Nanolight created by 3 University of Toronto graduates
An eye-catching invention that produces as much light as a 100-watt incandescent bulb using just an eighth of the power has become a crowdfunding star for three University of Toronto graduates.
The Nanolight, billed as “the world’s most energy-efficient light bulb” has raised $133,022 on the U.S. crowdfunding site Kickstarter and generated pre-orders for more than 3,000 bulbs since the project started seeking backers on Jan. 7.
At about 200 per cent more efficiency than the current wave of energy-saving LED technology, the Nanolight doesn’t even look like a regular bulb. But Gimmy Chu, one of the inventors, says that’s partly why it works so well.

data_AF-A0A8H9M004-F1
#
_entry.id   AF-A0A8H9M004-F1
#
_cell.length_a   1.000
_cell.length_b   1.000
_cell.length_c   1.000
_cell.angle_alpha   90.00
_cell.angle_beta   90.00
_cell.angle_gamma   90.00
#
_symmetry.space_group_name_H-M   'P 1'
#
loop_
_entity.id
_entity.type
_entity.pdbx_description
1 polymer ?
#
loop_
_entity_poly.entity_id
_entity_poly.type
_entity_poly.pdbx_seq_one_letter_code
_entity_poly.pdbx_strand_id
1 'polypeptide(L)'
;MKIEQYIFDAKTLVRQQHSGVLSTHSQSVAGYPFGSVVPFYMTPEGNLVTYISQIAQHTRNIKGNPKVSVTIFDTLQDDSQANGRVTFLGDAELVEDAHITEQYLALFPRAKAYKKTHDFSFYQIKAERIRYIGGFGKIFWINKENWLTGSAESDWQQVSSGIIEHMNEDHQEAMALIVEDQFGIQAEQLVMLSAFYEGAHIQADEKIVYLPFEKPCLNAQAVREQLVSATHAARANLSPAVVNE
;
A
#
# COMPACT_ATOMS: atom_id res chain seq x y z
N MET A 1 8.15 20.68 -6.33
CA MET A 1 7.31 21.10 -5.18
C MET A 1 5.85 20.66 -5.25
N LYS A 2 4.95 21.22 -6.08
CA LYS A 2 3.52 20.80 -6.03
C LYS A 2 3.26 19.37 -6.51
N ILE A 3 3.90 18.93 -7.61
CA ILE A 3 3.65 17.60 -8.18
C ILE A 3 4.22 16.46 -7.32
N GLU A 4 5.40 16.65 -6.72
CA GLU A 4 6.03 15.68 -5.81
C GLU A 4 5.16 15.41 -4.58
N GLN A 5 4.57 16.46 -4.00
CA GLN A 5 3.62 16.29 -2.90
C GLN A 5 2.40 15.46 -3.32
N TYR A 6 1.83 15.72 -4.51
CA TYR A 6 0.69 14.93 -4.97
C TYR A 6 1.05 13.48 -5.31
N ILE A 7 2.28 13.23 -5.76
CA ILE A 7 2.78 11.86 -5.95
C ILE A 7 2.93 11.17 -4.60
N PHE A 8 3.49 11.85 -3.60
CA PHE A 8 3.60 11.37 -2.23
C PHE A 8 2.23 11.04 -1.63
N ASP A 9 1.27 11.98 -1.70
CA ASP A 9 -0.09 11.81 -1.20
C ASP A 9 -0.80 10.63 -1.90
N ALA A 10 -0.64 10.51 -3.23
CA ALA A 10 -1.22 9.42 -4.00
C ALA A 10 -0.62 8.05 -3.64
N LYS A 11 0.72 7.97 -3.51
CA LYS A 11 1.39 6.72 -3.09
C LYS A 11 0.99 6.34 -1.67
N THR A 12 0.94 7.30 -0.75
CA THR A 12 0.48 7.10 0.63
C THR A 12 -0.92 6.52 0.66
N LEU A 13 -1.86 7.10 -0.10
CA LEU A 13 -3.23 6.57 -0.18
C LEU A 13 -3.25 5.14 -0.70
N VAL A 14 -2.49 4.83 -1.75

It’s made by folding up a super-efficient circuit board dotted with LED bulbs. The 10- or 12-watt bulbs (which cost $30 and $45, respectively) pump out the equivalent of 75 or 100 watts, emit less heat than the competitors and, Chu says, pay for themselves over their lifespan—about 20 years at three hours per day.
“To get that kind of efficiency, we had to redesign the whole idea of an LED light bulb from the ground up,” recalls Chu, who began working on the project with Rodinger and Yan about three years ago.
Their design consists of a circuit-board with LEDs attached to it, folded up into the shape of a light bulb that plugs into a regular lighting fixture.
“That way it kind of mimics the traditional incandescent light bulb in that it shines light in all directions,” Chu said.
According to the Nanolight team, there are currently very few LED lighting products on the market as bright as a 100-watt incandescent bulb. The Nanolight is almost half as heavy as a compact fluorescent light bulb, and unlike fluorescent bulbs, it turns on instantly.